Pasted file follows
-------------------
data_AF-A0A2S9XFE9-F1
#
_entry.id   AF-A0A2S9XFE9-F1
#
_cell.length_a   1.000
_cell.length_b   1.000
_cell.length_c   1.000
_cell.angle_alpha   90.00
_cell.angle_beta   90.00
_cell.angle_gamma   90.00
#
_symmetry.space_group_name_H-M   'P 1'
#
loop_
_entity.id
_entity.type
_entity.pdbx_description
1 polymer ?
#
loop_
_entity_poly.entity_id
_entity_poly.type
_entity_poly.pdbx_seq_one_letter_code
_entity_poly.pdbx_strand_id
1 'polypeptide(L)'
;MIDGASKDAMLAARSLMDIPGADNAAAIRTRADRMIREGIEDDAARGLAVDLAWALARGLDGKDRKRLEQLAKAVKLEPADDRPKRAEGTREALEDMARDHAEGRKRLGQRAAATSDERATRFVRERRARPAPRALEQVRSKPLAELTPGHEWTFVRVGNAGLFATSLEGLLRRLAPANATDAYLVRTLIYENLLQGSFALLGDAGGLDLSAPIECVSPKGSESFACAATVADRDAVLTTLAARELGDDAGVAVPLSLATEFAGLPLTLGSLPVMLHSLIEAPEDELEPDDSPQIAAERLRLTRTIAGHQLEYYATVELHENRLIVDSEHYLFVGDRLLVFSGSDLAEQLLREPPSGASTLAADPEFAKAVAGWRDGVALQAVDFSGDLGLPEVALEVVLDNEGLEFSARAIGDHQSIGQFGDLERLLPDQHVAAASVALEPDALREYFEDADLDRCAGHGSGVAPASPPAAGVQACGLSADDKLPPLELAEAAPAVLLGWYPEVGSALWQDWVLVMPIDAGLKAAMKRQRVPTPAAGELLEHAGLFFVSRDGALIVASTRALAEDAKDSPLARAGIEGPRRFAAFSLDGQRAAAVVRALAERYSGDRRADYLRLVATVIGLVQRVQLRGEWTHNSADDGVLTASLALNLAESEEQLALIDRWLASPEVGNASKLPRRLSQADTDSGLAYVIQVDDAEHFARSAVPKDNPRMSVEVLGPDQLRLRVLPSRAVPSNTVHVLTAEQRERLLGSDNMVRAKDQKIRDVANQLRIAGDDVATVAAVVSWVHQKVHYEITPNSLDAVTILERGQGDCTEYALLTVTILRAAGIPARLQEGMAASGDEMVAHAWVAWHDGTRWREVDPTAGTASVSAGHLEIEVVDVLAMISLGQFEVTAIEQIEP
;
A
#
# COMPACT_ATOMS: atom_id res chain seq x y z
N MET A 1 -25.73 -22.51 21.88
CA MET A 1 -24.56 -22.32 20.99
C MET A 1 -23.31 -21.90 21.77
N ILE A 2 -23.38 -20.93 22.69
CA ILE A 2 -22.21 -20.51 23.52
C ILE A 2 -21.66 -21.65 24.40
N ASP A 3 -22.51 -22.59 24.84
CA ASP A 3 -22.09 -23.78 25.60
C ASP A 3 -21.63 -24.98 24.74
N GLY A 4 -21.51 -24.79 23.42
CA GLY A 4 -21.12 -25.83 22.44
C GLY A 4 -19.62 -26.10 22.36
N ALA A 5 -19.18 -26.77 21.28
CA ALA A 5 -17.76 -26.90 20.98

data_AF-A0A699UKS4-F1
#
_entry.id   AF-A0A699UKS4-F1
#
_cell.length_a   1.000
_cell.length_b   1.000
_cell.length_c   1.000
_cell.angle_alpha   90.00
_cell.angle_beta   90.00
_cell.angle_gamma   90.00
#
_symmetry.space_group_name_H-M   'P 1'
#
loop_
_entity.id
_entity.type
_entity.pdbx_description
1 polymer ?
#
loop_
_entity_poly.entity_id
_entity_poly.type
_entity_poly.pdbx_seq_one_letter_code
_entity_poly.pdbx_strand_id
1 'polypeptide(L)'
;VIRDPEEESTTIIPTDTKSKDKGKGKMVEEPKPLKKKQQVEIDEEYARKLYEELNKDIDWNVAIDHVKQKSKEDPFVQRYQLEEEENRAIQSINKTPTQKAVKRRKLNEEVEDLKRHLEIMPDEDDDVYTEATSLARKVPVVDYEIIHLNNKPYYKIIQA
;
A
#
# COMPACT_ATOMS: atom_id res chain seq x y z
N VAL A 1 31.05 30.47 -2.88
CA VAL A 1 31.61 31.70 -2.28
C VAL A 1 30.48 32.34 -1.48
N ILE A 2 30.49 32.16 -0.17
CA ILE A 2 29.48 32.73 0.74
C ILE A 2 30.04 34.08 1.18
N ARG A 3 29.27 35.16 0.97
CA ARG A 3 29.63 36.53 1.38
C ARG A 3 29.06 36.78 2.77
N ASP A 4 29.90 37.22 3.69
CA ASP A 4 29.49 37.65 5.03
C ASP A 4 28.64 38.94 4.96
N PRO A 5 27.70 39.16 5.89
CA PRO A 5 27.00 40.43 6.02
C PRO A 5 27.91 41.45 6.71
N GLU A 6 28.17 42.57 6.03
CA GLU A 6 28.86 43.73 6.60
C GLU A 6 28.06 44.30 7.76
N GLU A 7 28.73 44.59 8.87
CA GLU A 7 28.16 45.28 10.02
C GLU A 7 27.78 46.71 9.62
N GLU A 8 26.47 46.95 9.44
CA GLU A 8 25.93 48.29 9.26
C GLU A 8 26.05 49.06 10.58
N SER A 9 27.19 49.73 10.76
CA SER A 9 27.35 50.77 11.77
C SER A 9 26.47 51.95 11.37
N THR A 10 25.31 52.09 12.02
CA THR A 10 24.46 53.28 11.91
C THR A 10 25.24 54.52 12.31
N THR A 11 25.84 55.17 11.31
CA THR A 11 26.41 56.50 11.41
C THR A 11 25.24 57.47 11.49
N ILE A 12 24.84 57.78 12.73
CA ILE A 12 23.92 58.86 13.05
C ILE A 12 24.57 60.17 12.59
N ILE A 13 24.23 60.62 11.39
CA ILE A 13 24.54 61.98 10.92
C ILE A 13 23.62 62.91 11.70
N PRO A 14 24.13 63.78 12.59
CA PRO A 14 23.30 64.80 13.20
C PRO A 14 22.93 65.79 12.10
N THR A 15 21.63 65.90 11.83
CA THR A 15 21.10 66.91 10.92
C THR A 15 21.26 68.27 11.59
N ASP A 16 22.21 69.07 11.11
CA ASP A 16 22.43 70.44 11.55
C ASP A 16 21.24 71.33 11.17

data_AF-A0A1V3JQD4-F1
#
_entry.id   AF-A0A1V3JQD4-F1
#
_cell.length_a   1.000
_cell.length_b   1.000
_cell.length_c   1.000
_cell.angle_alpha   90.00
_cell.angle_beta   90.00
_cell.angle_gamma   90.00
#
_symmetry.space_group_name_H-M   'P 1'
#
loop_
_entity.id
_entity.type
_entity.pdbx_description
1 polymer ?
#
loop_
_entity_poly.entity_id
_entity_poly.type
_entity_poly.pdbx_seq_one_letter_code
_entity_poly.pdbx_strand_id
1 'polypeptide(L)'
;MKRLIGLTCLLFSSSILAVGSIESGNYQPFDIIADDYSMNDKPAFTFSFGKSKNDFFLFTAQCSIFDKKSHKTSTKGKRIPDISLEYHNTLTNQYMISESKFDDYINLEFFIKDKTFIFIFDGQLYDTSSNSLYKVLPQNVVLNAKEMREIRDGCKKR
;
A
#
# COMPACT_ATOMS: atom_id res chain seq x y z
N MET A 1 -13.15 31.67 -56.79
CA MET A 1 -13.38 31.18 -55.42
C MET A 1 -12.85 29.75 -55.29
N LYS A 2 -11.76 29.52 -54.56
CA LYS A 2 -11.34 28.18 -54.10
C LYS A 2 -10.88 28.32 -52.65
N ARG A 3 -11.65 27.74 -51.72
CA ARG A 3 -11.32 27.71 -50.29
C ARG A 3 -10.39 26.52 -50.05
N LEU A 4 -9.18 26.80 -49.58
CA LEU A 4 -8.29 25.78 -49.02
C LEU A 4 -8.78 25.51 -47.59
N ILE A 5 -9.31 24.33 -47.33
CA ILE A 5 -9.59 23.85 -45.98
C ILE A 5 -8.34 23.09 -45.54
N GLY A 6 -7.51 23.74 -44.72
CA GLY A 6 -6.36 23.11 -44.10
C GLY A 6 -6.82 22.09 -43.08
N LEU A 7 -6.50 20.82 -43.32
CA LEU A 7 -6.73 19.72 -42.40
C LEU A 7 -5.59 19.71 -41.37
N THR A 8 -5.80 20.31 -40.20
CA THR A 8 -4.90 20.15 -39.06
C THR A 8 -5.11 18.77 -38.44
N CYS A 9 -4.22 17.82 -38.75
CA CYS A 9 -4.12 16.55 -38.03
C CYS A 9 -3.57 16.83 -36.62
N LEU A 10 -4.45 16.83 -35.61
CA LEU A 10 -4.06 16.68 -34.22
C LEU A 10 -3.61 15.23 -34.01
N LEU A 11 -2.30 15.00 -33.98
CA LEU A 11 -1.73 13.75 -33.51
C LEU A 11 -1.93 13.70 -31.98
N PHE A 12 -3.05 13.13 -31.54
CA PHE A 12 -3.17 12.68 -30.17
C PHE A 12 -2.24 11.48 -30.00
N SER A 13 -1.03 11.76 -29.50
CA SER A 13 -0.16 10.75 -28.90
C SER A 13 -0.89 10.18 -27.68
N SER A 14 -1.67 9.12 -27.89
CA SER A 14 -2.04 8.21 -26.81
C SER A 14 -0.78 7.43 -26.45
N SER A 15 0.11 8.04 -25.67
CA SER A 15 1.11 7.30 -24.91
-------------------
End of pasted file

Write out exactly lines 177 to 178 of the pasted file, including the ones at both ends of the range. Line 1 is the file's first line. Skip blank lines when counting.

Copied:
N CYS A 9 -4.22 17.82 -38.75
CA CYS A 9 -4.12 16.55 -38.03